How Intercollegiate Athletics Compete with Academics at Rutgers University

In a recent op-ed published in the New York Times, Joe Nocera examines the increasing tension between the priorities of faculty and of alumni donors who want to create a nationally prominent athletics program at Rutgers University. Here are several paragraphs from the middle of the column, which is titled, “At Rutgers, It’s Books vs. Ballgames”:

“The Rutgers athletic department has consistently run large deficits; indeed, since the 2005-6 academic year, deficits have exceeded $20 million a year. In the last academic year, Rutgers athletics generated $40.3 million in revenue, but spent $76.7 million, leaving a deficit of more than $36 million. In other words, revenue barely covered half the department’s expenses.

“And how did the university cover this shortfall? Partly, it used its own funds, to the tune of $26 million last year, money that might have gone to professors’ salaries or other academic needs. It also took it out of the hide of the students themselves, who have been assessed steadily rising fees to help cover the athletic department’s deficit. Last year, fees that went to athletics amounted to $10 million. . . .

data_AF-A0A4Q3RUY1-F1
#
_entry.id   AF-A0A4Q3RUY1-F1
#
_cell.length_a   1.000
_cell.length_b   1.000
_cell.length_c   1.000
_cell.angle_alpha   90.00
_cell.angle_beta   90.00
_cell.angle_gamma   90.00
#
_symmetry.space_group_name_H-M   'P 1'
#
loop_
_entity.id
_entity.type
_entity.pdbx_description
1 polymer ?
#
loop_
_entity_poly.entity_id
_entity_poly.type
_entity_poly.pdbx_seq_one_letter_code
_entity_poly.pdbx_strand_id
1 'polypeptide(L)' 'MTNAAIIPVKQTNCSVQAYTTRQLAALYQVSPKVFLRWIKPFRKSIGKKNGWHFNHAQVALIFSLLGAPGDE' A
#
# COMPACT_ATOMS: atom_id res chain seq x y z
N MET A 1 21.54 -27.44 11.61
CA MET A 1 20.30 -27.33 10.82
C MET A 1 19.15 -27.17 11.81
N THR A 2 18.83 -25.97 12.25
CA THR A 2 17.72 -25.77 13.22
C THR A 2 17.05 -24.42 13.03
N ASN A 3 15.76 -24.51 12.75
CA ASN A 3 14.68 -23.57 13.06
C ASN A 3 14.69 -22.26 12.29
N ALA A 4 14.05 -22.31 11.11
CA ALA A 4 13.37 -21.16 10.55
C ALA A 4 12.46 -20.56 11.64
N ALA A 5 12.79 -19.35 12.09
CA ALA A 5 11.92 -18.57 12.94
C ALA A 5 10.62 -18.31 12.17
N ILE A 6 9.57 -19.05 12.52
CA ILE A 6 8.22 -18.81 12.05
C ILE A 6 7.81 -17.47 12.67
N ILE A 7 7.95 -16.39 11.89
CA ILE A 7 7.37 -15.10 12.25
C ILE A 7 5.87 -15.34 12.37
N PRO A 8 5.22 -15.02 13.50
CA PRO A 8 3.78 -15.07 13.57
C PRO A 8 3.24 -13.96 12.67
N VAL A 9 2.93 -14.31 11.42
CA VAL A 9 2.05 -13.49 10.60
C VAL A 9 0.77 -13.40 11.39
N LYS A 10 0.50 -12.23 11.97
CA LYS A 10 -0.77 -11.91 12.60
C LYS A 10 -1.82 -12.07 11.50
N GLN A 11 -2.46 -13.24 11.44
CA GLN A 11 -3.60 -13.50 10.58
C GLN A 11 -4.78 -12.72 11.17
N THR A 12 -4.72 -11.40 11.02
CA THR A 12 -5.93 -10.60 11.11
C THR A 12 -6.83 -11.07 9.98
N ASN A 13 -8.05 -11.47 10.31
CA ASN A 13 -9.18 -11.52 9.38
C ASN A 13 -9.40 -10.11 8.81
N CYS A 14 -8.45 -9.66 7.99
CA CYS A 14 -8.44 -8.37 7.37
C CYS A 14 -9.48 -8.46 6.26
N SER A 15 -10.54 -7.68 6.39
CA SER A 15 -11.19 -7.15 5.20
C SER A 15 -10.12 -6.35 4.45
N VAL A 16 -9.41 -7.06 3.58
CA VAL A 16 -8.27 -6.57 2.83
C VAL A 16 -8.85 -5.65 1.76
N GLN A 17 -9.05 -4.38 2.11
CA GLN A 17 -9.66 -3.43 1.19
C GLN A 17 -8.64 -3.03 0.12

“Even with the Big Ten’s money (and to be fair, as a new member, Rutgers won’t reap the full rewards for six years), the Rutgers athletic department is projecting deficits at least through the 2021-22. Indeed, according to figures compiled by a faculty committee, Rutgers athletics is projecting a total deficit of $183 million between now and 2022.

“You can see, of course, why this would infuriate faculty members — or, for that matter, anyone who cares about academics. Like most state schools, Rutgers has seen its state financing shrink drastically over the last decade, while tuition and fees have been going up. Academic departments have had multiple rounds of belt-tightening. ‘At the school of arts and sciences,’ said Mark Killingsworth, a Rutgers economics professor who has been a leading voice against the athletic department’s costs, ‘we have been told that we can hire one person for every two who leave.’ The library, he noted, recently had its budget cut by more than $500,000. Meanwhile, Kyle Flood, the football coach, is getting a $200,000 raise next year, taking his salary to $1.25 million.”

The complete article is available at: http://www.nytimes.com/2015/05/12/opinion/joe-nocera-at-rutgers-its-books-vs-ballgames.html

 

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